Place of Evidence - City, village, etc

Seleucia ad Calycadnum

Place of evidence - City name in other Language(s)

Seleucia ad Calycadnum Nicomedia Νικομήδεια Nikomēdeia Izmit Πραίνετος Prainetos Nicomedia

Cult activities - Festivals

  • Saint’s feast

Cult activities - Places

Cult building - independent (church)

Cult activities - Non Liturgical Practices and Customs

Saint as patron - of a community

Cult Activities - Miracles

Miracle after death Healing diseases and disabilities Apparition, vision, dream, revelation

Cult Activities - Protagonists in Cult and Narratives

Other lay individuals/ people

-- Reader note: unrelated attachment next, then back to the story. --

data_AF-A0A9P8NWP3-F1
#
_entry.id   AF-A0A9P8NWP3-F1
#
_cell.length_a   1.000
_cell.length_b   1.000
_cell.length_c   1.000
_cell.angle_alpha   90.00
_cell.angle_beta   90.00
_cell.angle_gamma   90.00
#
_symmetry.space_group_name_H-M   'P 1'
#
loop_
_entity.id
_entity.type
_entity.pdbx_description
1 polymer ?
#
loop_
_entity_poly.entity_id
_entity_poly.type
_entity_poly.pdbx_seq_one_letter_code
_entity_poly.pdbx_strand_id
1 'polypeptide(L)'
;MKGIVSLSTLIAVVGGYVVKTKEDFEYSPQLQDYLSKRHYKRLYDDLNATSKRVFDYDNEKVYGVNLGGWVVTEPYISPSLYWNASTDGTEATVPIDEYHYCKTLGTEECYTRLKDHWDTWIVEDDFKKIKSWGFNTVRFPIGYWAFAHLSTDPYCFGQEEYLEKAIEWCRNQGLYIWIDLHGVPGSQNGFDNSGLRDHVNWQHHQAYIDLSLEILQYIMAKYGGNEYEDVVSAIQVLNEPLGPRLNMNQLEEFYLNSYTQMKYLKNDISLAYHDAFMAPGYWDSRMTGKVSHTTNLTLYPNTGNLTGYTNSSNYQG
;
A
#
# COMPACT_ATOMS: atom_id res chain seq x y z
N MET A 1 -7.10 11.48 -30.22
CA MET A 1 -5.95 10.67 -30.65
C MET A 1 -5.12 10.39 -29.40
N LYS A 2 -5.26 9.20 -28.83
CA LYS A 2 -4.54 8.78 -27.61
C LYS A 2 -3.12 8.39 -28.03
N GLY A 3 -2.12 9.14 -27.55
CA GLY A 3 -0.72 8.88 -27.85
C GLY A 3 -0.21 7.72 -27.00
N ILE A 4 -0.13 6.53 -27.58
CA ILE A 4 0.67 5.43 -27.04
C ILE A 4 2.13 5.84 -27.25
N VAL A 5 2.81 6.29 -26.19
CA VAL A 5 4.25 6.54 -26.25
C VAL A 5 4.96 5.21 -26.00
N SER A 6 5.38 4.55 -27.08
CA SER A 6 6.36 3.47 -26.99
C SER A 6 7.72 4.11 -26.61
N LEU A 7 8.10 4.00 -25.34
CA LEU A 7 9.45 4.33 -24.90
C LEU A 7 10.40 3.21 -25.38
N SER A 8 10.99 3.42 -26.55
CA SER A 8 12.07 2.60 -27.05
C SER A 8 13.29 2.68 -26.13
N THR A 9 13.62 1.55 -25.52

The anonymous text known under the title of The Life and Miracles of Thekla was written in the city of Seleucia-on-the-Calycadnum in the province of Isauria in southern Asia Minor around 470. It was certainly written before c. 476, which is approximately when Thekla's shrine outside Seleucia (modern Meriamlik/Ayatekla in Turkey) was monumentalised by the emperor Zeno (r. 474-491), since this activity is not mentioned in the text. The text consists of two parts: the first half is a paraphrased version of the second-century Acts of Paul and Thekla, a text which was widely known in Late Antiquity and translated into every early Christian language; this early text was rendered by our author into Attic Greek, and contains many minor changes to the original story, with one major change at the end: instead of dying at the age of 19 years, Thekla descends into the earth and performs miracles in and around the city of Seleucia in a spiritual state. The second half, from which this passage is drawn, comprises a collection of forty-six miracles, preceded by a preface and followed by an epilogue. It is written in a high literary style which distinguishes it among other hagiographical texts, which were typically composed in a low style of Greek. The text was for a long time attributed to a 5th century bishop, Basil of Seleucia (fl. c. 448-468); but in 1974 Dagron demonstrated conclusively that the Miracles could not have been authored by Basil, since there is an invective directed against him in chapter 12. The anonymous author is himself the subject of a few miracles, including miraculous interventions on his behalf in ecclesiastical disputes.